Wayne Shorter can pluck a note out of an audience memberâs mouth and build an instant tune around it.
Onstage at UCLAâs Royce Hall a few years ago, following a squeal of approval from someone in the crowd, Wayne mimicked the high-pitchedâWeeoooh!âa few times vocally into the emceeâs microphone. He then replicated it with his horn to kick off an enthralling improvisation with an ensemble âco-frontedâ by longtime pal and fellow ICAP co-president, Herbie Hancock.
It was Herbie who organized the all-star lineup for a special tribute concert before a near-capacity crowd (17,000) at the Hollywood Bowl on August 28, in celebration of Wayne Shorterâs 80th birthday.
The nightâs program included Imani Winds, Sound Prints (led by Joe Lovano and Dave Douglas) and ACS (an all-female trio made up of Geri Allen, keyboards; Esperanza Spalding, bass; and Terri Lyne Carrington on drums). After the invitees, the birthday boy himself took the stage to performâfirst in duet with Herbie, and then with his regular quartetâfor nearly two and half hours.
The years, obviously, have done nothing to take the edge off Wayne as an artistic forceâif anything, theyâve merely provided him with a bottomless wellspring of material to draw upon as he explores and extends the boundaries of musical creativity. As a case in point, his latest CD, Without A Net, Wayneâs first album for the prestigious Blue Note label in more than 43 years, has been one of the most acclaimed jazz records of the year.
In the days leading up to the Bowl performance, Wayne spoke with Chris Barton from the Los Angeles Times about what itâs like making music with his current quartetâdrummer Brian Blade, pianist Danilo Perez and bassist John Patitucci. âNo one knows whatâs going to happen each night,â Wayne mused. âI always say, we donât really rehearse . . . How do you rehearse the unknown?â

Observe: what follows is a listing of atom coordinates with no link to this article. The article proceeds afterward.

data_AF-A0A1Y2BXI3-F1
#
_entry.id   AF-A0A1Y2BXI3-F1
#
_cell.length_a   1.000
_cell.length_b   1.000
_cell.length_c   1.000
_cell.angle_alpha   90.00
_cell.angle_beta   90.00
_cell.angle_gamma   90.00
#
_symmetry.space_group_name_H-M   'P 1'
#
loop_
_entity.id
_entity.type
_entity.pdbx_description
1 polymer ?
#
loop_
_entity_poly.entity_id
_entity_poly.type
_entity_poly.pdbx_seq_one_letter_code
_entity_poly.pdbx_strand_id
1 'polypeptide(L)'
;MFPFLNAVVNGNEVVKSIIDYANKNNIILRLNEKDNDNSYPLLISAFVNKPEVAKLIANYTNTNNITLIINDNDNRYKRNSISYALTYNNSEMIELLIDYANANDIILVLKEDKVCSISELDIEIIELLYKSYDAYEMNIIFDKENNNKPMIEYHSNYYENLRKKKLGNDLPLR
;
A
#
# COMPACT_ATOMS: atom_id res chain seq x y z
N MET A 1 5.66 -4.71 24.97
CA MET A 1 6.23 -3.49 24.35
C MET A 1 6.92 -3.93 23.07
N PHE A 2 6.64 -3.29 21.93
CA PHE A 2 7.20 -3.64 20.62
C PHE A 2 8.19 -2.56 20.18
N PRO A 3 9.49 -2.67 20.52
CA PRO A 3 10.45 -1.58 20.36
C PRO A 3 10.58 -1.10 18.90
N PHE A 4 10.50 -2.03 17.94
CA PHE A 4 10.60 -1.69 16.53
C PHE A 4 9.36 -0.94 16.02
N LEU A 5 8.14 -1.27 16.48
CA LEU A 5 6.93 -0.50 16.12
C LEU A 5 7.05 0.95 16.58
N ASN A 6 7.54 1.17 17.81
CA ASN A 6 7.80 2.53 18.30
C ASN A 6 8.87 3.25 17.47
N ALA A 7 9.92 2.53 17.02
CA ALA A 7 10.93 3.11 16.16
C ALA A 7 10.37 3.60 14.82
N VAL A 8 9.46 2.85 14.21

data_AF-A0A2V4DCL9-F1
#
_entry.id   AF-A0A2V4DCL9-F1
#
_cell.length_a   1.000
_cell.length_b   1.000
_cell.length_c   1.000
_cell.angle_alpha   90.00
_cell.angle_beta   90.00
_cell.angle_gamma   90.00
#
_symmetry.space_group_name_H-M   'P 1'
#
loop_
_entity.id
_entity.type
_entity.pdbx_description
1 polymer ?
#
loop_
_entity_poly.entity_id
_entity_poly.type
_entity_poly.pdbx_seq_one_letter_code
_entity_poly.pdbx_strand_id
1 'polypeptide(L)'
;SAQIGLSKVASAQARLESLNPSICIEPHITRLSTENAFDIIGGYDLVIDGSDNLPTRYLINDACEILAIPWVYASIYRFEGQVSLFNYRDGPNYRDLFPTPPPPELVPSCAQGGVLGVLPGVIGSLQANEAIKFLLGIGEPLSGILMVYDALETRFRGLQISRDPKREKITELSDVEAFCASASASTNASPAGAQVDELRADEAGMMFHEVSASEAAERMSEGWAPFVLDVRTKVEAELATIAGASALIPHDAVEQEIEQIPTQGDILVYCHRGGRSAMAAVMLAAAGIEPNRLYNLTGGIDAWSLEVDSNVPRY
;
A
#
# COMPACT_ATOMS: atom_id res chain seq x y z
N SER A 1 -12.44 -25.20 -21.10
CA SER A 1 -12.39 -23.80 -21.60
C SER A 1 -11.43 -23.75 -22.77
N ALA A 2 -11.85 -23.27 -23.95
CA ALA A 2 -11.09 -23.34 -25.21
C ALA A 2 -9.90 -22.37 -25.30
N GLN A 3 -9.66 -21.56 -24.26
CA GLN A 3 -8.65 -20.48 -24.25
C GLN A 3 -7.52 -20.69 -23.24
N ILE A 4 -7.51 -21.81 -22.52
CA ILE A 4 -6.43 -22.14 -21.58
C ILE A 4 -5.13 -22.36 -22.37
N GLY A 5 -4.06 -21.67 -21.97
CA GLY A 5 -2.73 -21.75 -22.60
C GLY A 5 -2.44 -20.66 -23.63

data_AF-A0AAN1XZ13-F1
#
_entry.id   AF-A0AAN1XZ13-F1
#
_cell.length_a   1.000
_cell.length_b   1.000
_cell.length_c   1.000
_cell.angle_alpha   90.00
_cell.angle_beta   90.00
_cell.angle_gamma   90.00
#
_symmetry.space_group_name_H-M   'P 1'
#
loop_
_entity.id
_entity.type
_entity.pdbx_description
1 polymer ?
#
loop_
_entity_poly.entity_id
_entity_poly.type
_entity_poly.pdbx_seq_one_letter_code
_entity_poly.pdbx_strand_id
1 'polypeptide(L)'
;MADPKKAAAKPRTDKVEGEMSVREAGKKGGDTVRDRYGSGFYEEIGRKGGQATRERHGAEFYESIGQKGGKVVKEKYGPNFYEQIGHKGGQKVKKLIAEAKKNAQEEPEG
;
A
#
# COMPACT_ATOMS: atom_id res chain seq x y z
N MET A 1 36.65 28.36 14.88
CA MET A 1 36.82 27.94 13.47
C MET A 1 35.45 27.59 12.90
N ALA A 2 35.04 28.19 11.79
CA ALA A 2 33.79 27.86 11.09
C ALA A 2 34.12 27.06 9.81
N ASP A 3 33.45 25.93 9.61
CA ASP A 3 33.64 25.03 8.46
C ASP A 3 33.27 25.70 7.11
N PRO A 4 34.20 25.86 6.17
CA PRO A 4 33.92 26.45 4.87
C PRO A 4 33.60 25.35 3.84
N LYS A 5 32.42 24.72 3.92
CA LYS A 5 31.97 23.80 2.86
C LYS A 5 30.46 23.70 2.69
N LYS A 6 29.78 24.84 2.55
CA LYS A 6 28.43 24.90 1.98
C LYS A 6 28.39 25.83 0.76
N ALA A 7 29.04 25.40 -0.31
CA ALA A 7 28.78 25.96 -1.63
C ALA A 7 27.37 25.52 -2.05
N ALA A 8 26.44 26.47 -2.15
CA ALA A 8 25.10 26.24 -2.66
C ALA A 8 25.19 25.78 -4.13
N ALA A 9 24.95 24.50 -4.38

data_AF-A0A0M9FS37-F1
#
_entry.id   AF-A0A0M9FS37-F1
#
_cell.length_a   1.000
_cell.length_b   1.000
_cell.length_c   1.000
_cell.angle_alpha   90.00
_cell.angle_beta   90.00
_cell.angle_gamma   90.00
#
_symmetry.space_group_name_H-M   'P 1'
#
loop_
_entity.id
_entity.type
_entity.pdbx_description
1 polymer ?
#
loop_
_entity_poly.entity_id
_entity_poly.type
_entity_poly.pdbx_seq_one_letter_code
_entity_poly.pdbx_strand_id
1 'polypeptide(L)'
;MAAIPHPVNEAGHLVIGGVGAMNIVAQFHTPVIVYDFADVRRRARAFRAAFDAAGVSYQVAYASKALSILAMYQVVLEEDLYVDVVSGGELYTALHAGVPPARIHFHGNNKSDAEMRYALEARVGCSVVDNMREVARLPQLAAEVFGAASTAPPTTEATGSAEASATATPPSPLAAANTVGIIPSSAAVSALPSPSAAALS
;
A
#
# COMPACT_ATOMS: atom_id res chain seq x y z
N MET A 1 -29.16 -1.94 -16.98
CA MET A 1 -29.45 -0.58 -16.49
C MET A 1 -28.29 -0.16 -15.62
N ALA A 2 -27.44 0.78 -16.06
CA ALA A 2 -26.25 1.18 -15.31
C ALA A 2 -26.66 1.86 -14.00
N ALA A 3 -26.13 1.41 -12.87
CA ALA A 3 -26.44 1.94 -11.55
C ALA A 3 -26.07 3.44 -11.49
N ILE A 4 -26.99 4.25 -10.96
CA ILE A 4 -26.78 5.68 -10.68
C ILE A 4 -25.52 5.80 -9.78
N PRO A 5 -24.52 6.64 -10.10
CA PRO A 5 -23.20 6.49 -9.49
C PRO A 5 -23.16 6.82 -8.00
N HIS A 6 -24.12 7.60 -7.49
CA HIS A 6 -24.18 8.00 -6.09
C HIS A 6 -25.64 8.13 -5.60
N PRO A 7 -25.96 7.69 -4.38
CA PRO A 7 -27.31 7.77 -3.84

In a way, you could say that for Wayne Shorter, life is a rehearsal for making himself available to create art out of whatever is around him.
Zero Gravity, an upcoming documentary, focuses on Wayneâs life and music. A promo video for the film features friends and fellow music superstars like Carlos Santana, Esperanza Spalding, and, once again, Herbie Hancock, who says of his pal: âWayne is a visionary, and visionaries open doorways . . . for everyone. So, itâs important to hear Wayneâs music and to know about Wayne Shorter because he has a way of triggering a response that encourages the opening of oneâs perception . . . He is at the top of his game . . . and we donât know whether thatâs the peak of just another mountain. What a great inspiration he is to all of us. If heâs at the top of his game â more prolific, more profound musically carving out new territory that nobody has even conceived of beforeâ if he can do that at 80 years of age, that means we can do that.â
Esperanza Spalding, winner of the 2011 Best New Artist Grammy award, points out: âThereâs always more to know [about Wayne], so for us to have this opportunity right now, when heâs with us, to delve into his history, his story, his process, his evolution as a human being, and actually capture it for everybody who comes after us, thatâs an opportunity that we canât miss.â
Affirming Wayneâs place in the pantheon of music, Carlos Santana adds: âItâs supremely important that his life be documented so that, 2,000 years from now, people can understand that he already knew what was going to happen musically. Thereâs only three people [who have been] at that level in saxophoneâthereâs Charlie Parker, John Coltrane and him . . . they give humanity a door to infinity, a door to immortality, a door to eternity. â
At every turn, Wayne is acknowledged not only for his artistry, but for his spirit, which comes through his music, to open and revolutionize peopleâs hearts, to help others go beyond the seemingly impossible.
In the Foreword to Michelle Mercerâs laudatory biography, Footprints: The Life and Work of Wayne Shorter, Herbie Hancock says of his pal Wayne:
Wayne is a transformer. He exudes such honesty, purity, trust, and respect for others that he can transform, elevate, and awaken your life while youâre both having fun. Wayne transforms people, all right, and he gets better and better at it. Itâs as though heâs aware that itâs safe to be honest, pure, and trusting. Itâs a source of light. He sees that inside everyone, and wants to let that light reveal itself and others. He takes you outside the box and into expanded possibilities.
You wonder why Wayne looks and acts so much younger than his years? Well, he feels joy in that world of infinite possibilities. According to Wayne, obstacles are opportunities, and believe me, he has experienced many tragic ones. Shouldnât we all develop the courage to transform our viewpoint in this way?